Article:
(Image – Nigel Dunnett)
RHS gold medal-winning team to create community street feature in support of new RHS campaign, Greening Grey Britain -RHS will work in partnership with BBC Gardeners’ Question Time to highlight the positive environmental benefits of returning the green to our streets.
A section of a Bristol residential street serves as design inspiration at the RHS Hampton Court Palace Flower Show (30 June – 5 July) as part of the RHS campaign to get Greening Grey Britain. The stunning ‘walk through’ show feature, designed by Nigel Dunnett and The Landscape Agency, will showcase RHS scientific research to demonstrate the positive environmental benefits of increased planting in grey spaces.
The ‘Greening Grey Britain’ garden feature is inspired by the 60m² garden of the Kensington Street’s St Mungo’s Broadway Hostel, which is currently covered with an uninviting layer of gravel. However, gravel will only be the starting point for the Hampton garden feature, with the reimagined space being transformed into a welcoming oasis of plants. The transformed space will illustrate how horticulture could dramatically improve the outdoor environment for the 10 residents living at the temporary home, some of whom have complex needs through former homelessness, addictions or mental health issues.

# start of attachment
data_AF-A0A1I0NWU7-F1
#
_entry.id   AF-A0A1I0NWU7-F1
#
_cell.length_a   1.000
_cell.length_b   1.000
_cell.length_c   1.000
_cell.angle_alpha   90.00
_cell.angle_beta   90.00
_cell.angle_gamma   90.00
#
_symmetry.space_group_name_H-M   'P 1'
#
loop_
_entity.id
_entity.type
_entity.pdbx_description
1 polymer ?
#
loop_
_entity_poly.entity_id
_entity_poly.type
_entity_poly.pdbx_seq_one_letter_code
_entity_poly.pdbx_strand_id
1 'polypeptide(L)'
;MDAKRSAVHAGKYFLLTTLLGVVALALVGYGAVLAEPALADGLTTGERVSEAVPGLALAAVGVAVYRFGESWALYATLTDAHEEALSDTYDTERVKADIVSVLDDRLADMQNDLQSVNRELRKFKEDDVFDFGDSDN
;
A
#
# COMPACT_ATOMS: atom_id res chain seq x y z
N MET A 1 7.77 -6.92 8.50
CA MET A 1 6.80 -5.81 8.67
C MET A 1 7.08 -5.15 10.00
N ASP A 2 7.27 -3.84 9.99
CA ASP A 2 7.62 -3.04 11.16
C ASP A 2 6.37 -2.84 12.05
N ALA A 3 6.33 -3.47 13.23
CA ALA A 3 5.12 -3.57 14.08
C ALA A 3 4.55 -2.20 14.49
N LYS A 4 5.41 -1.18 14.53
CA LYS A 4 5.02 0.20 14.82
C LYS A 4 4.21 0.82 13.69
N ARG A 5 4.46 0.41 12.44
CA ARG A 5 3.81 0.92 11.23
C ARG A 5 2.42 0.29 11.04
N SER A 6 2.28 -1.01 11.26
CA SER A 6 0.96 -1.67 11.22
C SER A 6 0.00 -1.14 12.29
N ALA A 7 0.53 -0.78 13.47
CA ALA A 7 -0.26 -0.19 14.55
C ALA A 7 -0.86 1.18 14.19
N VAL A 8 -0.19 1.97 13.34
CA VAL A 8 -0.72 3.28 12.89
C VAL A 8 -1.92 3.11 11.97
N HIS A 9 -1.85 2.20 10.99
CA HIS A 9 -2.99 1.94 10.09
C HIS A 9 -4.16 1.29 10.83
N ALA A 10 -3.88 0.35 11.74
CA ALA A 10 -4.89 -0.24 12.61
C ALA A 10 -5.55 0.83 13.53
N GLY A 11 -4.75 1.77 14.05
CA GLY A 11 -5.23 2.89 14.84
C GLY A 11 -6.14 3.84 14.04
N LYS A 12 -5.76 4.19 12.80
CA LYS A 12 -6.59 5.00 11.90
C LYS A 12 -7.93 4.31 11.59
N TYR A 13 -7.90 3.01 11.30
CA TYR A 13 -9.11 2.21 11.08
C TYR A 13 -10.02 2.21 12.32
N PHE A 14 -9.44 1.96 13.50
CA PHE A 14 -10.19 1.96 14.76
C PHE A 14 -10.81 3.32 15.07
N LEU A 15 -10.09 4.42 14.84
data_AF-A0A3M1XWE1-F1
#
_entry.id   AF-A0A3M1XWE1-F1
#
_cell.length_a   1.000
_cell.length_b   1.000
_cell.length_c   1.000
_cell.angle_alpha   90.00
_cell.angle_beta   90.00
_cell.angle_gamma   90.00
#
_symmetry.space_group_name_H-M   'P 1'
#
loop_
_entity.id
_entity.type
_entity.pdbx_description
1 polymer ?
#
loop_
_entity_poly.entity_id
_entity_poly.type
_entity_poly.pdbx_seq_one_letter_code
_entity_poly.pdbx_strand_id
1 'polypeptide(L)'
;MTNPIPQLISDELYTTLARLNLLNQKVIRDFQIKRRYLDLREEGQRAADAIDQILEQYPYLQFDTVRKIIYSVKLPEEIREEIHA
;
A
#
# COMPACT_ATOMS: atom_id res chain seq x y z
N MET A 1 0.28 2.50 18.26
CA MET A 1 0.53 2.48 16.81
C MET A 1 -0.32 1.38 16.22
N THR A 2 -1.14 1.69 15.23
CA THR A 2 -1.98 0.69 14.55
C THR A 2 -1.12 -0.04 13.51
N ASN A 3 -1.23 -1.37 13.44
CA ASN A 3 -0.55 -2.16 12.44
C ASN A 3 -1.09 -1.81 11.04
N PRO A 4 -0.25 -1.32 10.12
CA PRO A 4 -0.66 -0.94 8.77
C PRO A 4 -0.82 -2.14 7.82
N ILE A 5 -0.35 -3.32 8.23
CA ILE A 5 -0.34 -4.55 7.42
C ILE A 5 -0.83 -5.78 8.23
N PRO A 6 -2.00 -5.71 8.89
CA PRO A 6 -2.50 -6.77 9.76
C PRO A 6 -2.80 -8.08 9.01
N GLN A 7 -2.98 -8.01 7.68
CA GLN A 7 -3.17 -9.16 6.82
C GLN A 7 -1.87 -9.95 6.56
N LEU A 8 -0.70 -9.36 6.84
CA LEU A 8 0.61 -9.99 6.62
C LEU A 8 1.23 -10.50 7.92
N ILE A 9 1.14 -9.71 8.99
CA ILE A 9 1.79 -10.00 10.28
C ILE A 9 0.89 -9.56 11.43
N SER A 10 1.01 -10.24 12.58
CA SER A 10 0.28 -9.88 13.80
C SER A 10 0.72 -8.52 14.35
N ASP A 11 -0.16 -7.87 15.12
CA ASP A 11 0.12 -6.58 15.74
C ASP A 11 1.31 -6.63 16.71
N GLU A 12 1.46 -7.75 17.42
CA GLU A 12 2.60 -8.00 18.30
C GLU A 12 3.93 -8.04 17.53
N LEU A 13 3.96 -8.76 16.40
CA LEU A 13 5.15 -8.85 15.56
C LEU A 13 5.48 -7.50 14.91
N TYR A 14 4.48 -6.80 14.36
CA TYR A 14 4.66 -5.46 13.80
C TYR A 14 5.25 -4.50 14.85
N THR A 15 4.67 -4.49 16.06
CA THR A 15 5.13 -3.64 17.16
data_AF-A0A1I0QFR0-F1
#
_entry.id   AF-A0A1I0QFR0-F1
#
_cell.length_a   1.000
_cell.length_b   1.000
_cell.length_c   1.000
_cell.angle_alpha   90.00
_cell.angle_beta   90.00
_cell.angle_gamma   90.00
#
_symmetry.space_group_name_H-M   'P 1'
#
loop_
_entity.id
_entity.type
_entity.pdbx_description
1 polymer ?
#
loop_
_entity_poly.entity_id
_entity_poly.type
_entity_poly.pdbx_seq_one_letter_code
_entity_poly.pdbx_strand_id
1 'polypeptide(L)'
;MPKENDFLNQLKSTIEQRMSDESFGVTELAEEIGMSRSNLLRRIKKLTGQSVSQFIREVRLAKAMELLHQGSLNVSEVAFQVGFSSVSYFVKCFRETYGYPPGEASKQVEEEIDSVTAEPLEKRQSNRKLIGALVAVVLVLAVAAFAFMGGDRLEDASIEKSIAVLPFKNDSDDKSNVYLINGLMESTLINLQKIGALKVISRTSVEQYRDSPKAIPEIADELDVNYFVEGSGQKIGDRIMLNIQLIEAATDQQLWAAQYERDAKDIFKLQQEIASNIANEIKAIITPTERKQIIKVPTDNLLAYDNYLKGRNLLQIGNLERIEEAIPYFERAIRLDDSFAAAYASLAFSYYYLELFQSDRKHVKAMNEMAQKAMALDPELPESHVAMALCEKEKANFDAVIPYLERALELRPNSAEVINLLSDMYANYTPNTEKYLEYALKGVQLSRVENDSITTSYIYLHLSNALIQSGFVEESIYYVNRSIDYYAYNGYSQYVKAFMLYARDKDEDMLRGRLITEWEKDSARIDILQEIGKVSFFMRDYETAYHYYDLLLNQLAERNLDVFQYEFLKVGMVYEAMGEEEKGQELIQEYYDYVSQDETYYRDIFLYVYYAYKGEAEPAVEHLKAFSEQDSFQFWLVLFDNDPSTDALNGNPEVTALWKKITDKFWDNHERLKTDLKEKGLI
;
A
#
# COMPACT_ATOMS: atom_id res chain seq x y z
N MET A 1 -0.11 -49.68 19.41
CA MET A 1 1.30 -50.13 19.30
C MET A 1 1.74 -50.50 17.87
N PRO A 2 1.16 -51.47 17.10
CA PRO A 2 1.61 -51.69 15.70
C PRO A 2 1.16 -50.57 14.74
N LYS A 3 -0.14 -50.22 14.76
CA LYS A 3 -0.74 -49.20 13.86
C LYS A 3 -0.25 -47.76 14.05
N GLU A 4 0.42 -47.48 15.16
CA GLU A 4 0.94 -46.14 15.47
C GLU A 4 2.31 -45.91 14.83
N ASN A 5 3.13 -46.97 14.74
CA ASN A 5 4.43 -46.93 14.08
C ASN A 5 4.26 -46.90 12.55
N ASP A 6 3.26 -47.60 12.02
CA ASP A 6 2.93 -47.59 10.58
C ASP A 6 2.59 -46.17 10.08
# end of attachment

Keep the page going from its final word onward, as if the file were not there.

After the Show, elements of the garden, constructed by Landform UK, will be transported all the way to Bristol to be installed in the Kensington Road community space – ensuring a lasting legacy that will benefit not just the residents of St Mungo’s Broadway, but the wider area.
The ‘Greening Grey Britain’ Garden will highlight the benefits of more plants in hard landscaped environments, from their role in combating climate change to even air pollution abatement. Through interactive exhibits the garden will also encourage visitors to do the same in their own front gardens, community spaces and streetscapes.
BBC Radio 4 Gardeners’ Question Time (GQT) also charged Nigel with creating a second part of the community street, which will take visitors on a journey, demonstrating how a row of dull and grey, urban front gardens can be transformed into beautiful, but practical spaces.